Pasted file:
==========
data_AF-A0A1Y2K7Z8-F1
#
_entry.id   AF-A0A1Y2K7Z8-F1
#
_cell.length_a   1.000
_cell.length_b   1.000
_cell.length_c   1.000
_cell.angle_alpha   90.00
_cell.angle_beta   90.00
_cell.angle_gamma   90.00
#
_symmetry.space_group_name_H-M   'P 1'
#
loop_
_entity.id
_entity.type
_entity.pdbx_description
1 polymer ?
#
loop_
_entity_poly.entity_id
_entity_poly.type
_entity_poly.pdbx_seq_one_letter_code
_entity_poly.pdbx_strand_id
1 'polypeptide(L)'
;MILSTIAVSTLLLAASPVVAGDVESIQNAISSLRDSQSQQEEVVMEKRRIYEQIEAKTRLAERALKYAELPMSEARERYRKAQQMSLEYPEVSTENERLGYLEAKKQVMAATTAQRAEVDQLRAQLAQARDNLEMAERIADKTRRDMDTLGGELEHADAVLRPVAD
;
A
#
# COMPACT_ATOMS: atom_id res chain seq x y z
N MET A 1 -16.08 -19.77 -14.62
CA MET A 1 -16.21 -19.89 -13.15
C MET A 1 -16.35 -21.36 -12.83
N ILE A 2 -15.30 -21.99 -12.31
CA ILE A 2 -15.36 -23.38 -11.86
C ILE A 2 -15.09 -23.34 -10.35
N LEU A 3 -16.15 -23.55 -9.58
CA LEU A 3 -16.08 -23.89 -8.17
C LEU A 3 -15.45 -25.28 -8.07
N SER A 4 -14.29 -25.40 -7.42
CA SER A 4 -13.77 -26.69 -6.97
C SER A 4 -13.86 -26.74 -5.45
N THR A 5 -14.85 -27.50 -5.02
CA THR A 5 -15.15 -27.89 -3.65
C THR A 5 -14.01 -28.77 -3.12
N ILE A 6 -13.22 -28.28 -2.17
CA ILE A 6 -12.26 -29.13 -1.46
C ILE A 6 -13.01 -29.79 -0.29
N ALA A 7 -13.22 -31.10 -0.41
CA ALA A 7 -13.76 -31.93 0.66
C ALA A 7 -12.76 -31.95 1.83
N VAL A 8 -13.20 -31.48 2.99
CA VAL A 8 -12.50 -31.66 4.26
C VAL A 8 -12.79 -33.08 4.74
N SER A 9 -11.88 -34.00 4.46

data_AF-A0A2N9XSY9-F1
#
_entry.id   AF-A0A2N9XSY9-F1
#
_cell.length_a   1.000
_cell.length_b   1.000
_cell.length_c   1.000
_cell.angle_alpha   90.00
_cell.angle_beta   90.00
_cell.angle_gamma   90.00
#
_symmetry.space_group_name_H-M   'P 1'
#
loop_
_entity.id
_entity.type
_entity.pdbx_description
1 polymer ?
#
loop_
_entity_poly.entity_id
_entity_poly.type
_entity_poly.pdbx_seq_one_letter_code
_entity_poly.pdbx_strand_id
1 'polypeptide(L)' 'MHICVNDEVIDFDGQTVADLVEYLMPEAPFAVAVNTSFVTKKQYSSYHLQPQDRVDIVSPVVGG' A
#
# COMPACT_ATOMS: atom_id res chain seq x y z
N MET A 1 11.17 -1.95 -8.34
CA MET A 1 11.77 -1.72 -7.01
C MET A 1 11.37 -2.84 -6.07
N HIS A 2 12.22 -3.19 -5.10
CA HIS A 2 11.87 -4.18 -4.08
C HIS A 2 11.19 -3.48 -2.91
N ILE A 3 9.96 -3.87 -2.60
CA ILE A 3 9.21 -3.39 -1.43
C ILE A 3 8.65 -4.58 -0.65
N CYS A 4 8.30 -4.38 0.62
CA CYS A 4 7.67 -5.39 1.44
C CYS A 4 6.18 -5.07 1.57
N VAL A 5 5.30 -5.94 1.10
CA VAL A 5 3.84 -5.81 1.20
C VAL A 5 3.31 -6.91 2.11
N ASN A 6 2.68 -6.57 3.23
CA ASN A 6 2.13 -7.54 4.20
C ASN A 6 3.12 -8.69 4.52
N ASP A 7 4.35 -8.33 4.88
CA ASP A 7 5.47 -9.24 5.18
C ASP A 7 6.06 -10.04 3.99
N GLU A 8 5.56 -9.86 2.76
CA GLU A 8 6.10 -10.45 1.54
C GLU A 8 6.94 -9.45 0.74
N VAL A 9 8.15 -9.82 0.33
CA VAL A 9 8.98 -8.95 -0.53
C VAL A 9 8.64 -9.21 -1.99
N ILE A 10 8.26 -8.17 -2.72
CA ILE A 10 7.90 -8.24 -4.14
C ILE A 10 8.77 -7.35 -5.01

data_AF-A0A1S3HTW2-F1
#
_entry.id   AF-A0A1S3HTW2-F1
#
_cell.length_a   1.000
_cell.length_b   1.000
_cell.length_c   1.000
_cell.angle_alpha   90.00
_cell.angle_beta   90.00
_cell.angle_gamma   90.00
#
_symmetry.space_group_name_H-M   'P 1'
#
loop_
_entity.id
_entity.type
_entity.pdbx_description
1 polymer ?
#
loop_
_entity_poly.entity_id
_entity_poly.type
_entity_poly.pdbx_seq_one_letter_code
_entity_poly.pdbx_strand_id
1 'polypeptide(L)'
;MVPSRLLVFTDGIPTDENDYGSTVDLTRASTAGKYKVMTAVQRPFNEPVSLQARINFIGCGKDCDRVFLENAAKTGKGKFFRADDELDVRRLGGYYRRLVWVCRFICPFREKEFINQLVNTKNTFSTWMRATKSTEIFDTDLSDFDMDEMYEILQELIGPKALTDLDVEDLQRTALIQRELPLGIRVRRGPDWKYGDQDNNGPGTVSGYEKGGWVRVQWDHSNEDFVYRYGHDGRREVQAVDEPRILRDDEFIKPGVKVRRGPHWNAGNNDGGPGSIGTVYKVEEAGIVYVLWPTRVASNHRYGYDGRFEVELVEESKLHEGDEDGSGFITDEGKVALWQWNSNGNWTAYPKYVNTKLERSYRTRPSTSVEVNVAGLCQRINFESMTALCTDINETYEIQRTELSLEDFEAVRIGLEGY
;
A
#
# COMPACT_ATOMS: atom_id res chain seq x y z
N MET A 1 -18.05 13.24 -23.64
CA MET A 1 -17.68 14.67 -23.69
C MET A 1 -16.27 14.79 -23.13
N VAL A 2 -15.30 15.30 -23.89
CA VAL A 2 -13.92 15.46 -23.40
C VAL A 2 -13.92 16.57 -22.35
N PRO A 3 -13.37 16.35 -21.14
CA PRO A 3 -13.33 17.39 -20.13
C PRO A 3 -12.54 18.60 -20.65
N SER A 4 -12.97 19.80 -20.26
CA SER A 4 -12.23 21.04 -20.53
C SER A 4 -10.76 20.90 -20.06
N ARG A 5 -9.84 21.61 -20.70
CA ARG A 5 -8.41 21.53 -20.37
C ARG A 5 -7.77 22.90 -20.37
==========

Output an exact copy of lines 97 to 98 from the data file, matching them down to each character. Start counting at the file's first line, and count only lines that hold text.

C VAL A 5 3.31 -6.91 2.11
N ASN A 6 2.68 -6.57 3.23